The words of possession come with these feelings--"my hiking trail, my pond, my song", but it's not an ownership thing at all. It's a sense of admission--I've given a ticket to this particular unwieldy tourist to make a temporary home in my dreamscape. I sense that I am at home, and so these things must belong to me. Maybe that's a marvel in the world of notions--there are no deeds, and the property ownership is entirely a figment of the imagination.
Of course, a tear erupts from my eye for just a moment, like the commercial, that all ownership is a figment, but that's just a passing cinematic denial, and not a desire to reorder the nature of property.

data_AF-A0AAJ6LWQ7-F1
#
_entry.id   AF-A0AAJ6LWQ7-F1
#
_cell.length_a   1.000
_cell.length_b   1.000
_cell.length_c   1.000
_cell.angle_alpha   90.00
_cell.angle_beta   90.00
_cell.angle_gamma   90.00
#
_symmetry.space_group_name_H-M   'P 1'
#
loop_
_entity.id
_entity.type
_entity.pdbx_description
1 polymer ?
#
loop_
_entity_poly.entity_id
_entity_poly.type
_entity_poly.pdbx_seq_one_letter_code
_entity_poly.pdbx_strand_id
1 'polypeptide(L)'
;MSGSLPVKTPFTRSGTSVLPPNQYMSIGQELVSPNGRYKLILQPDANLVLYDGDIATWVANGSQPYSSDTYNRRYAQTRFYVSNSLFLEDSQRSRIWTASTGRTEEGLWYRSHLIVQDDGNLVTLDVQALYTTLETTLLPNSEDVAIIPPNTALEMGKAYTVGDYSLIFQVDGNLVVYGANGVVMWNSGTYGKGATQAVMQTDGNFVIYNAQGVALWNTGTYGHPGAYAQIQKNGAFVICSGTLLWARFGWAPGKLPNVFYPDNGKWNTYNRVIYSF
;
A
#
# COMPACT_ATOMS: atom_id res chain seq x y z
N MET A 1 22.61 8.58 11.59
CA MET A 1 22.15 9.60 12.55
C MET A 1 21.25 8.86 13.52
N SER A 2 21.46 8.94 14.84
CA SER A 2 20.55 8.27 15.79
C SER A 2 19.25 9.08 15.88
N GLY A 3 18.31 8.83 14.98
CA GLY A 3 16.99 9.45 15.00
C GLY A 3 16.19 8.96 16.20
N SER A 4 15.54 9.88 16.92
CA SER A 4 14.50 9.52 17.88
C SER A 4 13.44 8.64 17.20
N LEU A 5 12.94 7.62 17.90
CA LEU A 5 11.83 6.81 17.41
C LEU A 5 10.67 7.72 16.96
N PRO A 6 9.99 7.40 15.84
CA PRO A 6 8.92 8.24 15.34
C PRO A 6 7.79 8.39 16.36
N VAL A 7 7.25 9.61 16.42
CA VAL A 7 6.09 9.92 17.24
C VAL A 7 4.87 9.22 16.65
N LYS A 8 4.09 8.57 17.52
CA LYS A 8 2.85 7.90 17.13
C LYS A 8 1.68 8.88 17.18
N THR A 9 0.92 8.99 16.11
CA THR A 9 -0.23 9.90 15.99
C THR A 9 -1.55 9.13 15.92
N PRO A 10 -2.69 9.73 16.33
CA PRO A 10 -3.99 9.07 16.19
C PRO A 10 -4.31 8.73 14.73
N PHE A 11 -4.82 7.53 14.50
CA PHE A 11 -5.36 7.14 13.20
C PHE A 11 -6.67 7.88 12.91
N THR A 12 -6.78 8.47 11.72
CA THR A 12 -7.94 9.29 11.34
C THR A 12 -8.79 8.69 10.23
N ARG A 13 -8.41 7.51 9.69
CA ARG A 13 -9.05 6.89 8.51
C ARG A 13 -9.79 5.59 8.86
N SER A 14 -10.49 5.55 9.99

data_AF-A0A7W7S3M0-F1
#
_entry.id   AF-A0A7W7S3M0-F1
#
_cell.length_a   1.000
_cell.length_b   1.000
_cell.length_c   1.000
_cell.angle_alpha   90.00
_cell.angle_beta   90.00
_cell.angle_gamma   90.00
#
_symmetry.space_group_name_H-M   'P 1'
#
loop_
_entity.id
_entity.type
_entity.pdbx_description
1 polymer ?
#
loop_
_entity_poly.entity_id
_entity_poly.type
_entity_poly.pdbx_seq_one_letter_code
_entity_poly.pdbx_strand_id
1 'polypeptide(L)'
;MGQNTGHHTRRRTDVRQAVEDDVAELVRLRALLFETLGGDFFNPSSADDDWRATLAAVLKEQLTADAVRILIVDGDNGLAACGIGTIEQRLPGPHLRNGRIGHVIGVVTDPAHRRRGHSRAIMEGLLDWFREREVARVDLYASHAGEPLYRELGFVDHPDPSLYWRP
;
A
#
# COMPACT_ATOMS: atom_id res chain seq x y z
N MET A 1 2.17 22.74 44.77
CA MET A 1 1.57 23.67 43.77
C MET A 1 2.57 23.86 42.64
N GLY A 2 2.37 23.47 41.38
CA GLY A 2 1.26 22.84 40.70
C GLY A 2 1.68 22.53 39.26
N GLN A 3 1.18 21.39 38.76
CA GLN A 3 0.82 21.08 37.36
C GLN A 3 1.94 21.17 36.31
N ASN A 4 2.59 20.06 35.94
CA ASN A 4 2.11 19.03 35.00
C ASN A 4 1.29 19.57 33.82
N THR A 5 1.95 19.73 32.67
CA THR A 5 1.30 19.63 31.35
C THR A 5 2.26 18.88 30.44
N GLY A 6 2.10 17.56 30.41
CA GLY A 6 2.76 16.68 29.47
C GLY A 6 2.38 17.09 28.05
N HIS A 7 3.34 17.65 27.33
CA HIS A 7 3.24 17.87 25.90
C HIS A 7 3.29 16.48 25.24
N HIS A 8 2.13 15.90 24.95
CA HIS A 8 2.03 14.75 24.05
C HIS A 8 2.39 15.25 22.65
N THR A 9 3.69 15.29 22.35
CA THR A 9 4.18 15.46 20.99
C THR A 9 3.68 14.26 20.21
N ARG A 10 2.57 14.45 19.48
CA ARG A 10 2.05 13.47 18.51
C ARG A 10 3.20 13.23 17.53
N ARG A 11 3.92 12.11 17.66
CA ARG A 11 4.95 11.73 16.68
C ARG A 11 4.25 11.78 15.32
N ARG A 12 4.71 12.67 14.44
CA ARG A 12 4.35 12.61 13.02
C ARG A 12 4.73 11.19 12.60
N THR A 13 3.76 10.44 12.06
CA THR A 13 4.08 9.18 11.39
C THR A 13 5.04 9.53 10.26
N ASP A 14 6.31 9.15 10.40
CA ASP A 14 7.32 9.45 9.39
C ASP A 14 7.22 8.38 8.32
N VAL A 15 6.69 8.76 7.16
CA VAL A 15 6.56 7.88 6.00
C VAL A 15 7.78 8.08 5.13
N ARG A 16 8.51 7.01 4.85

I notice that I "have" a fishing lake, a favorite trail, and even a cinnamon roll source. Last year, I remember writing how I "owned" herons. Perhaps it is a problem of attachment. But I listen to my favorite guitar solo, and it is "mine", too, though the rights all belong to a Yorkshire guitarist and his assignees, thousands of miles away.